Tim Woods:
And what we see on the higher end in the higher enterprise ranges, is that we see, again, and this speaks to the acceleration of business and the lack of confidence in our ability to consistently secure those things we’re putting into the cloud, but it speaks to the fact that we see business owners and stakeholders and DevOps and various people that don’t necessarily have that well-rounded security background taking responsibility for their own security controls, and yes, we see mistakes being made, and yes, I think that’s one of the reasons that we see the wave of misconfigurations that do unfortunately make headline news along the way. And so somehow or another, that has to change. There has to be parity between the speed of business and our ability to secure that business as it’s deployed into the cloud.

Elisa Lippincott:
And Tim would you say that 59% that are managing both on-premises and cloud, would you speculate that those are the people that are being recruited pretty heavily since they have that balance of knowing security on the traditional on-premises side and have taken the time to learn whether it’s trial by fire or actually going through an official learning process of learning security in the cloud?

Tim Woods:
Yeah, it’s a good point that you’re making there. There’s a lot of people that are becoming more valuable by the fact that they are being thrown into the middle of it here, and they are learning as they go, and that is making them more valuable in the marketplace as well, but also, it’s another thing that’s taking place is the fact that some of these people are hopping around too, because they’re in high demand, and they’re not necessarily staying in one place as long as you might like. So, when you have somebody who is valued like that, or has that level of knowledge across the Hybrid enterprise, then you have to make sure that you protect that asset as well.

Tim Woods:
And another thing that this hits on, Elisa, is the fact that we’re getting away from a centralized security policy as well. When you think about the traditional on-premise security, that was typically mandated by a centralized security policy, and whether it was written, most times it’s written, but at least we had a centralized policy that everybody aligned with, and sometimes that took the shape of some of the regulatory compliance initiatives that we were held responsible for as well, but regardless it was a centralized security policy that our security controls should be, not always, but should be somewhat a reflection of the actual implemented security controls, should be somewhat of a reflection of our centralized security policy.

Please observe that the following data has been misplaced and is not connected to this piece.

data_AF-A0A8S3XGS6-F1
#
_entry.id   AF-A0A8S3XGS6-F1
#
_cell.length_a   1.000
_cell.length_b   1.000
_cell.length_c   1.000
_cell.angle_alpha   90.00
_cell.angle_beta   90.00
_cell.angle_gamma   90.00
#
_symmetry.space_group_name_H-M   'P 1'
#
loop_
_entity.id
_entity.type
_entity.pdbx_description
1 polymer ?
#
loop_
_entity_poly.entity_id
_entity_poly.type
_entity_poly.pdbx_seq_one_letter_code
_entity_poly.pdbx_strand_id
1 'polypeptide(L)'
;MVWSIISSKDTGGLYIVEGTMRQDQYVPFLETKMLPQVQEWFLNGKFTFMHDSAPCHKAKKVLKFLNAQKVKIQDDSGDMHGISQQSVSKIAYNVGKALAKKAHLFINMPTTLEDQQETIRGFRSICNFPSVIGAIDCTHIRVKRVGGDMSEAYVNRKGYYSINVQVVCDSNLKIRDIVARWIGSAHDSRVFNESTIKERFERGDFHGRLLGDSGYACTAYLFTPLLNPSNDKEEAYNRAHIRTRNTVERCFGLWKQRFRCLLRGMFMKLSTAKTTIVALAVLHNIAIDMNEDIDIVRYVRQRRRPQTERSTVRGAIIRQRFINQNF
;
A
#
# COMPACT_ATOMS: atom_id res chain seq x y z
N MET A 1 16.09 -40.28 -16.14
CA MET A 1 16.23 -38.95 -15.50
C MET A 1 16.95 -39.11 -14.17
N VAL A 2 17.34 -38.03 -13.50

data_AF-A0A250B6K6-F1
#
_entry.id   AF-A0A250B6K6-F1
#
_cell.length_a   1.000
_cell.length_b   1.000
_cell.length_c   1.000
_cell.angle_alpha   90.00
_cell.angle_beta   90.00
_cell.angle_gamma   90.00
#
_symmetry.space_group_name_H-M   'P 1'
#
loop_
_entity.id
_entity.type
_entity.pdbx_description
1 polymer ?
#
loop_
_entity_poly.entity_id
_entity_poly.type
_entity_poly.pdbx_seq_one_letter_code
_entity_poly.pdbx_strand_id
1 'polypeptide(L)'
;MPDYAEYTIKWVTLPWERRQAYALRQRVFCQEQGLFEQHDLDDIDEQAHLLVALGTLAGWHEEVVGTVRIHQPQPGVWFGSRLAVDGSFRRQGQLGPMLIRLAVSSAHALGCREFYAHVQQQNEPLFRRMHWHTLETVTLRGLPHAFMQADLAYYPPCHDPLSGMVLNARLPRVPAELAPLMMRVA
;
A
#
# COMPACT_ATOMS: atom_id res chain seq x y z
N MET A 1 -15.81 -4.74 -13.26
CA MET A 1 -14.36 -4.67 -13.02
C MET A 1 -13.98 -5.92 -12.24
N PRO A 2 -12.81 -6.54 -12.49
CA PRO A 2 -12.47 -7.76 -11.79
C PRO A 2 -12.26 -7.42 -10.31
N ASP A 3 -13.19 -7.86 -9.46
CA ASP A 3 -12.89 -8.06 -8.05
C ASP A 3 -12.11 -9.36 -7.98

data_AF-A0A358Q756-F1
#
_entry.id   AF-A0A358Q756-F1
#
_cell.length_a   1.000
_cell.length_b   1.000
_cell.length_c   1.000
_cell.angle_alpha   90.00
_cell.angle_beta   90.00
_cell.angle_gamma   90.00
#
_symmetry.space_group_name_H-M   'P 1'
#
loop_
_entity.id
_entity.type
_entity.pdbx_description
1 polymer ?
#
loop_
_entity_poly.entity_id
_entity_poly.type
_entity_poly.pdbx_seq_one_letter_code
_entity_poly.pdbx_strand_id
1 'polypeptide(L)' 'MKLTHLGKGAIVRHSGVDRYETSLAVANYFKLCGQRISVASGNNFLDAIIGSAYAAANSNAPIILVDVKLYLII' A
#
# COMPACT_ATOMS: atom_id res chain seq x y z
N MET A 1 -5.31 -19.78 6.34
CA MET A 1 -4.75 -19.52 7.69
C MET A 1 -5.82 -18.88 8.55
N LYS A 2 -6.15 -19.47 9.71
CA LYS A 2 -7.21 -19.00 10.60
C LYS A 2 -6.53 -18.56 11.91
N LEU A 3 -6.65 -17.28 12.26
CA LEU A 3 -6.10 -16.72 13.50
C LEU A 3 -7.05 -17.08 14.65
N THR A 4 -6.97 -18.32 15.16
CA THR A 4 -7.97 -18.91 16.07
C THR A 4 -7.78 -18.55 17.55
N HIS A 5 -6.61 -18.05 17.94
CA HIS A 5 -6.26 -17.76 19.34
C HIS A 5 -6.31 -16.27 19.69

Tim Woods:
What we see however today, is we’re getting away from a centralized security policy, and it’s a lot more, I use the term wild, wild West out there, where we’re not being guided by a central guideline that tells us what we should or shouldn’t do, and as people take responsibility for their own security controls, in the cloud, they’re not being guided by a common security policy that helps them do so. So the big problem, and in my mind, and until we get our hands around that, we’re going to see issues continue to arise as a result, which to me speaks to this one as well.

Tim Woods:
One of the questions that we ask is, “What do you feel is the level of automation that you’re employing across your organization today related to helping you manage the security controls in the deployment of your applications in the cloud? 65% of the respondents said that they continue to use manual processes, that they really haven’t embraced automation as a way to gain better consistency and greater efficiency out of their operations. And so here’s what I would say to that, right. If you’re not adding more people, you have to look for a way to make the people that you have more efficient.

Tim Woods: